Fifteen first responders have filed a lawsuit claiming Conrail was negligent in the aftermath of a train derailment and chemical spill in southern New Jersey last year.
Students leave Paulsboro high school after a full day of classes. Traffic in town seems to be at its normal pace. But almost five weeks after the train derailment and vinyl chloride leak that kept people in their homes or forced evacuations, many are trying to recoup what they say the derailment cost them.
As the cleanup from the Conrail freight train derailment in Paulsboro, NJ continues, people are lining up to sue the rail carrier over the leak of vinyl chloride.
Students headed back to class in Paulsboro public schools this morning, for the first time since a train derailment and chemical spill 11 days ago.
The long wait to return home began slowly coming to an end on Friday for residents of Paulsboro, New Jersey who were forced to evacuate as a result of the train derailment that caused vinyl chloride to leak from a ruptured tanker.
The Coast Guard has made significant progress in dealing with last week’s Conrail derailment and chemical spill, but not enough to sound the all clear. And no one’s quite sure when that’ll happen.
Congressmen Rob Andrews, Frank LoBiondo and Pat Meehan met with officials dealing with the Conrail derailment in Paulsboro Thursday morning in an effort to get some answers.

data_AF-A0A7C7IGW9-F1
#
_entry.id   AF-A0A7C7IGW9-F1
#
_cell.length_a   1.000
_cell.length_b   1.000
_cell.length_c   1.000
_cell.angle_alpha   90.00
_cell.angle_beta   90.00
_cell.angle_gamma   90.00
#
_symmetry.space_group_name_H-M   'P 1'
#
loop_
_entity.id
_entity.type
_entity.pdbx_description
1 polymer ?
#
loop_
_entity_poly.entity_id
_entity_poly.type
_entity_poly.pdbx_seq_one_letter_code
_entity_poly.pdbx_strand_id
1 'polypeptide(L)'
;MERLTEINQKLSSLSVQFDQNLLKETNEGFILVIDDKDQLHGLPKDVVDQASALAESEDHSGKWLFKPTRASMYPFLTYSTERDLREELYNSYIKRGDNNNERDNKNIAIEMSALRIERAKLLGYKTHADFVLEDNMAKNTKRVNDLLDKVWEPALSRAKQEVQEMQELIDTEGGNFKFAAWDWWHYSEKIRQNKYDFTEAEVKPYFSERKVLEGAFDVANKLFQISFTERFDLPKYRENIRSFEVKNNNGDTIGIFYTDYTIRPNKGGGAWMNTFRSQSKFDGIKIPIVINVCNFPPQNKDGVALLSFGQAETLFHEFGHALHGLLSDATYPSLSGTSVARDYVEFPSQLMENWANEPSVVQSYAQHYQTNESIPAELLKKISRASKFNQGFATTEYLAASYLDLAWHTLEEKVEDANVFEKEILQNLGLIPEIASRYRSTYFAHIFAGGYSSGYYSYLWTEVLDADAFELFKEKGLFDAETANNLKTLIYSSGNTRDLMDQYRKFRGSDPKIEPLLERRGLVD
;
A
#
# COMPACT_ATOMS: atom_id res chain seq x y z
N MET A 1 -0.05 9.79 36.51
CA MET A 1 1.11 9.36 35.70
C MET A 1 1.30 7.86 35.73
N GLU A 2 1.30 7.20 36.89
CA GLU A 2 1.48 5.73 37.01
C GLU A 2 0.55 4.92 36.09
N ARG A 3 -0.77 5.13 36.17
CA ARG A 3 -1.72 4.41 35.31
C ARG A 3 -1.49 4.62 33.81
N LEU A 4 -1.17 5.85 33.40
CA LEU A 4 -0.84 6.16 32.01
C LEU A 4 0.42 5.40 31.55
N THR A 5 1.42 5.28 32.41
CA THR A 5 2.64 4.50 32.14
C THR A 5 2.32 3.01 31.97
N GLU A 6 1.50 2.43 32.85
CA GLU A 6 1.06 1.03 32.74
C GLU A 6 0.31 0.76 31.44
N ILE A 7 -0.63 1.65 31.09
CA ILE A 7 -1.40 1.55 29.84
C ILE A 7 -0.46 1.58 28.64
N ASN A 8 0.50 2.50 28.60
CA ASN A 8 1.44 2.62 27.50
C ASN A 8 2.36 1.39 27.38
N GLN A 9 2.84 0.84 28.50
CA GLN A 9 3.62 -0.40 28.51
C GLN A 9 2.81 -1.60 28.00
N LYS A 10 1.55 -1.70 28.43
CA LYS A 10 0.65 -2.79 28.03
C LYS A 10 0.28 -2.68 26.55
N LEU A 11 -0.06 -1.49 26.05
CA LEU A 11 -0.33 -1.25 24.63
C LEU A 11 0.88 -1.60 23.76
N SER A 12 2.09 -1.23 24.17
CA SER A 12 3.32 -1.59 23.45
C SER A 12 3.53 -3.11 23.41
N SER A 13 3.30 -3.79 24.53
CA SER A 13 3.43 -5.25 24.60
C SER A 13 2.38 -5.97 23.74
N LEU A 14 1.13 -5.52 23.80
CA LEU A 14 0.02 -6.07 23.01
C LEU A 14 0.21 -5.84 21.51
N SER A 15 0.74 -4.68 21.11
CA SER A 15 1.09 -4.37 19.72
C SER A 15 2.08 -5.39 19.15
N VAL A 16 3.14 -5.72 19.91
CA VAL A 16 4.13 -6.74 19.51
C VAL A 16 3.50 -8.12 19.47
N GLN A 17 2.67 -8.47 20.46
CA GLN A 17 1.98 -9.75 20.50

U.S. Coast Guard officials said Thursday that pumping operations on the breached rail car have been completed, which is a step in the right direction for still-evacuated residents in Paulsboro.
Paulsboro residents met with local, state and federal officials at a sometimes contentious open house information session Wednesday night, nearly one week since a train derailment and chemical leak shook up the borough.
Authorities still can’t give an estimate of how long the cleanup will take, and that’s one of the issues likely to come up at a community meeting scheduled for Wednesday night.
In the wake of the Paulsboro train derailment, South Jersey Congressman Rob Andrews is suggesting the federal government may need to take a more direct role in rail-bridge safety.
Speaking on a conference call on Tuesday afternoon, Rep. Andrews (D-NJ) expressed frustration at the pace of the cleanup of last Friday’s derailment.
The precautionary evacuations in Paulsboro were ordered late Friday, hours after the train derailment, and will likely remain in effect throughout the weekend and possibly longer.
The derailed cars were carrying a chemical called vinyl chloride, which spilled into Mantua Creek.
The vapors of vinyl chloride is the troublesome irritant that some people at a train derailment scene in Paulsboro, New Jersey may have been exposed to.